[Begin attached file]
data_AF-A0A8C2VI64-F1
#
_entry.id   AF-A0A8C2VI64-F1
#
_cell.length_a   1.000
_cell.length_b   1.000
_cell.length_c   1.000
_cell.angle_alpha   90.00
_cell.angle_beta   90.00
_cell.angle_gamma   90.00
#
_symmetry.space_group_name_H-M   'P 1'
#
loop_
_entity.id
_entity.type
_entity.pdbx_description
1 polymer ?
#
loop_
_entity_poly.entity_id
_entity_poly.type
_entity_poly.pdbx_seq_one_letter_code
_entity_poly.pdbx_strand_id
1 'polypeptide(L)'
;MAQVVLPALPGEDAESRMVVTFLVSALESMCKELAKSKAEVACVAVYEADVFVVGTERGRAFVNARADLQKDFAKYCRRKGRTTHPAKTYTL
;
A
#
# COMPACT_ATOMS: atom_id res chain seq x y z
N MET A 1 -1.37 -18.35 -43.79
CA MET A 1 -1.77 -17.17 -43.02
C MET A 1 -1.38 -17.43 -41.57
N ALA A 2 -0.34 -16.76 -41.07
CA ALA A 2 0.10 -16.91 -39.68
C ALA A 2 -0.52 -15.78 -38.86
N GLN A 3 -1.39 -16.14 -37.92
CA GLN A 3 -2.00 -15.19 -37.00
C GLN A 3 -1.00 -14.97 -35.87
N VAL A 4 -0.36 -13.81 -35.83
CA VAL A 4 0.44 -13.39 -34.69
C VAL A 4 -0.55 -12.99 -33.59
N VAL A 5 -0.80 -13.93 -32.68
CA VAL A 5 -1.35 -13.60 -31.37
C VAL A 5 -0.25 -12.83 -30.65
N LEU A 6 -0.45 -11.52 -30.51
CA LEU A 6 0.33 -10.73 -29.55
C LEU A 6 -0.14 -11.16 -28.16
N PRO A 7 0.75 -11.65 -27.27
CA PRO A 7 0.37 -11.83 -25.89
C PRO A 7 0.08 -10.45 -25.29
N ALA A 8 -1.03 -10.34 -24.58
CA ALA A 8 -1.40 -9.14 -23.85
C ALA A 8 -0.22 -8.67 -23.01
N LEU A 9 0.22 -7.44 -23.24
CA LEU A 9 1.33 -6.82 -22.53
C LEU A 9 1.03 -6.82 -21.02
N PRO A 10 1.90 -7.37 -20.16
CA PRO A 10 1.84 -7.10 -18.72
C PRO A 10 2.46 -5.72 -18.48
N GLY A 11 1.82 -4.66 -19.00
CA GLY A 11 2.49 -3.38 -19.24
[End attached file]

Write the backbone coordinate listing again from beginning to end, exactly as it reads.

data_AF-A0A8C2VI64-F1
#
_entry.id   AF-A0A8C2VI64-F1
#
_cell.length_a   1.000
_cell.length_b   1.000
_cell.length_c   1.000
_cell.angle_alpha   90.00
_cell.angle_beta   90.00
_cell.angle_gamma   90.00
#
_symmetry.space_group_name_H-M   'P 1'
#
loop_
_entity.id
_entity.type
_entity.pdbx_description
1 polymer ?
#
loop_
_entity_poly.entity_id
_entity_poly.type
_entity_poly.pdbx_seq_one_letter_code
_entity_poly.pdbx_strand_id
1 'polypeptide(L)'
;MAQVVLPALPGEDAESRMVVTFLVSALESMCKELAKSKAEVACVAVYEADVFVVGTERGRAFVNARADLQKDFAKYCRRKGRTTHPAKTYTL
;
A
#
# COMPACT_ATOMS: atom_id res chain seq x y z
N MET A 1 -1.37 -18.35 -43.79
CA MET A 1 -1.77 -17.17 -43.02
C MET A 1 -1.38 -17.43 -41.57
N ALA A 2 -0.34 -16.76 -41.07
CA ALA A 2 0.10 -16.91 -39.68
C ALA A 2 -0.52 -15.78 -38.86
N GLN A 3 -1.39 -16.14 -37.92
CA GLN A 3 -2.00 -15.19 -37.00
C GLN A 3 -1.00 -14.97 -35.87
N VAL A 4 -0.36 -13.81 -35.83
CA VAL A 4 0.44 -13.39 -34.69
C VAL A 4 -0.55 -12.99 -33.59
N VAL A 5 -0.80 -13.93 -32.68
CA VAL A 5 -1.35 -13.60 -31.37
C VAL A 5 -0.25 -12.83 -30.65
N LEU A 6 -0.45 -11.52 -30.51
CA LEU A 6 0.33 -10.73 -29.55
C LEU A 6 -0.14 -11.16 -28.16
N PRO A 7 0.75 -11.65 -27.27
CA PRO A 7 0.37 -11.83 -25.89
C PRO A 7 0.08 -10.45 -25.29
N ALA A 8 -1.03 -10.34 -24.58
CA ALA A 8 -1.40 -9.14 -23.85
C ALA A 8 -0.22 -8.67 -23.01
N LEU A 9 0.22 -7.44 -23.24
CA LEU A 9 1.33 -6.82 -22.53
C LEU A 9 1.03 -6.82 -21.02
N PRO A 10 1.90 -7.37 -20.16
CA PRO A 10 1.84 -7.10 -18.72
C PRO A 10 2.46 -5.72 -18.48
N GLY A 11 1.82 -4.66 -19.00
CA GLY A 11 2.49 -3.38 -19.24